A violation of California’s wiretap laws is an alternate felony-misdemeanor offense.
California is considered to be a “two-party consent” state for purposes of the wiretap laws in this state. Under Cal. Penal Code § 632, it is a crime to record or eavesdrop on any confidential communication, including a private conversation or telephone call, without the consent of all parties to the conversation.
Section 632 of the California Penal Code applies to “confidential communications.” In Flanagan v. Flanagan, 41 P.3d 575, 576-77, 578-82 (Cal. 2002), the court defined “confidential communications” to include any conversations in which any party has an objectively reasonable expectation that no one is listening in or overhearing the conversation.
In California v. Gibbons, 215 Cal. App. 3d 1204 (Cal Ct. App. 1989), the court found that California’s wiretap statute also applies to the use of a hidden video cameras to secretly record conversations.
Always get the consent of all parties before recording any conversation that anyone might consider to be private. If you are accused of violating California’s wiretapping law, you might be exposed to criminal penalties or a civil lawsuit for money damages.
Attorney for Wiretap Crimes in Ventura, CA
Jay Leiderman understands the limits on the ability of the Attorney General and district attorneys to apply to the superior court for authorization to intercept a wire or electronic communication.
When the government exceeds those limitations, it might result in the entire case being dismissed.
He also represents clients accused of violating California’s wiretap statute.
Call (805) 654-0200 to discuss your case.
Applications for Wiretaps in California
Under California law, until January 1, 2020, the Attorney General, a district attorney, or their designee or specified employees are allowed to apply to the superior court for authorization to intercept a wire, electronic pager, or electronic cellular telephone (commonly known as a wiretap).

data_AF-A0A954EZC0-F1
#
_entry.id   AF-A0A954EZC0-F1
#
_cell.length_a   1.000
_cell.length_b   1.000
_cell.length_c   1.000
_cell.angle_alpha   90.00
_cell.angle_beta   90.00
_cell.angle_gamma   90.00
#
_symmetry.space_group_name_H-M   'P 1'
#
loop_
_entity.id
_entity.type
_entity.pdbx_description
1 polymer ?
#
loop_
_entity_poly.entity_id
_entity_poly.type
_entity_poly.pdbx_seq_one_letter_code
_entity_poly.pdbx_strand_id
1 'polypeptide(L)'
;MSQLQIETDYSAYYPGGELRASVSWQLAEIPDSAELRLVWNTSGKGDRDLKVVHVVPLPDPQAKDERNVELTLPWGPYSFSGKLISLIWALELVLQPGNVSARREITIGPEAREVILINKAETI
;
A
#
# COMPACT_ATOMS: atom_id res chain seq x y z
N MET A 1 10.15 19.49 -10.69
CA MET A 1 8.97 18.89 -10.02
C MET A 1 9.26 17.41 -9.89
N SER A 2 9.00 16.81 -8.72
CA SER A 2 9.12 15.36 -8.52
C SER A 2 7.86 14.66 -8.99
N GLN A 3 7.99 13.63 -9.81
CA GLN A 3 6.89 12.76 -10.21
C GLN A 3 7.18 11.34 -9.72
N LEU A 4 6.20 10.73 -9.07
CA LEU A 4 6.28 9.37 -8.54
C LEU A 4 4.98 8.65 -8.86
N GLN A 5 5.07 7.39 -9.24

California law regulates the issuance, duration, and monitoring of these wiretap orders and imposes safeguards to protect the public from unreasonable interceptions.
The law limits which crimes law enforcement may seek a wiretap. A wire or electronic communication intercept may be requested for the following types of crimes:
- A violation of human trafficking;
- Possession or use of a weapon of mass destruction;
- A felony in violation of prohibitions on criminal street gangs;
- Murder or solicitation of murder or commission of a felony involving a destructive device;
- Importation, possession for sale, transportation or sale of controlled substances; or
- An attempt or conspiracy to commit any of the above.
The Attorney General must prepare and submit a report each year regarding these interceptions to the California Legislature, the Judicial Council, and the Director of the Administrative Office of the United States Courts.
Electronic Surveillance and Wiretap Course – Visit the website of California’s Attorney General to find information on an 8 hour course for law enforcement officers interested in learning about intercept and record wire communications (“wiretaps”). In order to seek authorization for or participate in wiretap operations, Penal Code Section 629.94 requires law enforcement officers to complete the course. Enrollment in the course is limited to officers involve in court-authorized state wiretap, and officers investigating aggravated kidnapping, bombings, gangs, solicitation of murder, and narcotics offenses.